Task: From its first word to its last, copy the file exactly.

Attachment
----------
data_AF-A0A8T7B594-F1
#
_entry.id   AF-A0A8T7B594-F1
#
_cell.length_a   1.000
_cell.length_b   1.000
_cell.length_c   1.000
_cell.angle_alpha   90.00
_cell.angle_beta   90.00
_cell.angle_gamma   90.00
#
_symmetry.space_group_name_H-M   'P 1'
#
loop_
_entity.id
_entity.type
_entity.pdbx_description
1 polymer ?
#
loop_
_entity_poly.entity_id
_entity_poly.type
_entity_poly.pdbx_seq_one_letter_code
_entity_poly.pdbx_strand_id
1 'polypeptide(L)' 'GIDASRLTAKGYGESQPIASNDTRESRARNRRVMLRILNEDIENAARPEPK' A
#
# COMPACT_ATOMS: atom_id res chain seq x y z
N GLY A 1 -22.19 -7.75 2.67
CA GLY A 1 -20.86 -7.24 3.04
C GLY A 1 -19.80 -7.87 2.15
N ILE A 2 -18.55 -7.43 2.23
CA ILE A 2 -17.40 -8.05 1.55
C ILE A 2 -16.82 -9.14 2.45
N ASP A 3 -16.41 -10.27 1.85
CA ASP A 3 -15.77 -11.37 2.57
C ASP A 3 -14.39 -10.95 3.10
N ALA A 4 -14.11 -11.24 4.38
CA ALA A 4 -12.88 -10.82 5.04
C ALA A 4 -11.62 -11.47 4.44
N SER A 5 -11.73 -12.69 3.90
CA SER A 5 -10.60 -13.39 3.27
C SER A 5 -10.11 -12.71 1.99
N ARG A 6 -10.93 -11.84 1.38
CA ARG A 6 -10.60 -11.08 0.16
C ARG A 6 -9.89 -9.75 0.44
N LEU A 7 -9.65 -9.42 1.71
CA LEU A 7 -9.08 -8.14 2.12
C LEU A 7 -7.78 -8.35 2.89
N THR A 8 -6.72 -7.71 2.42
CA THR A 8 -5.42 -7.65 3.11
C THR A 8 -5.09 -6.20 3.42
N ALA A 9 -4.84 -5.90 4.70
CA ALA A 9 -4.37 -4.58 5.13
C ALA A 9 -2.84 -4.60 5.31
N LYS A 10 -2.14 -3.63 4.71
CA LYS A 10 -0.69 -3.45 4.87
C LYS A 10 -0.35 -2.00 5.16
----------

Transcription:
data_AF-A0A8T7B594-F1
#
_entry.id   AF-A0A8T7B594-F1
#
_cell.length_a   1.000
_cell.length_b   1.000
_cell.length_c   1.000
_cell.angle_alpha   90.00
_cell.angle_beta   90.00
_cell.angle_gamma   90.00
#
_symmetry.space_group_name_H-M   'P 1'
#
loop_
_entity.id
_entity.type
_entity.pdbx_description
1 polymer ?
#
loop_
_entity_poly.entity_id
_entity_poly.type
_entity_poly.pdbx_seq_one_letter_code
_entity_poly.pdbx_strand_id
1 'polypeptide(L)' 'GIDASRLTAKGYGESQPIASNDTRESRARNRRVMLRILNEDIENAARPEPK' A
#
# COMPACT_ATOMS: atom_id res chain seq x y z
N GLY A 1 -22.19 -7.75 2.67
CA GLY A 1 -20.86 -7.24 3.04
C GLY A 1 -19.80 -7.87 2.15
N ILE A 2 -18.55 -7.43 2.23
CA ILE A 2 -17.40 -8.05 1.55
C ILE A 2 -16.82 -9.14 2.45
N ASP A 3 -16.41 -10.27 1.85
CA ASP A 3 -15.77 -11.37 2.57
C ASP A 3 -14.39 -10.95 3.10
N ALA A 4 -14.11 -11.24 4.38
CA ALA A 4 -12.88 -10.82 5.04
C ALA A 4 -11.62 -11.47 4.44
N SER A 5 -11.73 -12.69 3.90
CA SER A 5 -10.60 -13.39 3.27
C SER A 5 -10.11 -12.71 1.99
N ARG A 6 -10.93 -11.84 1.38
CA ARG A 6 -10.60 -11.08 0.16
C ARG A 6 -9.89 -9.75 0.44
N LEU A 7 -9.65 -9.42 1.71
CA LEU A 7 -9.08 -8.14 2.12
C LEU A 7 -7.78 -8.35 2.89
N THR A 8 -6.72 -7.71 2.42
CA THR A 8 -5.42 -7.65 3.11
C THR A 8 -5.09 -6.20 3.42
N ALA A 9 -4.84 -5.90 4.70
CA ALA A 9 -4.37 -4.58 5.13
C ALA A 9 -2.84 -4.60 5.31
N LYS A 10 -2.14 -3.63 4.71
CA LYS A 10 -0.69 -3.45 4.87
C LYS A 10 -0.35 -2.00 5.16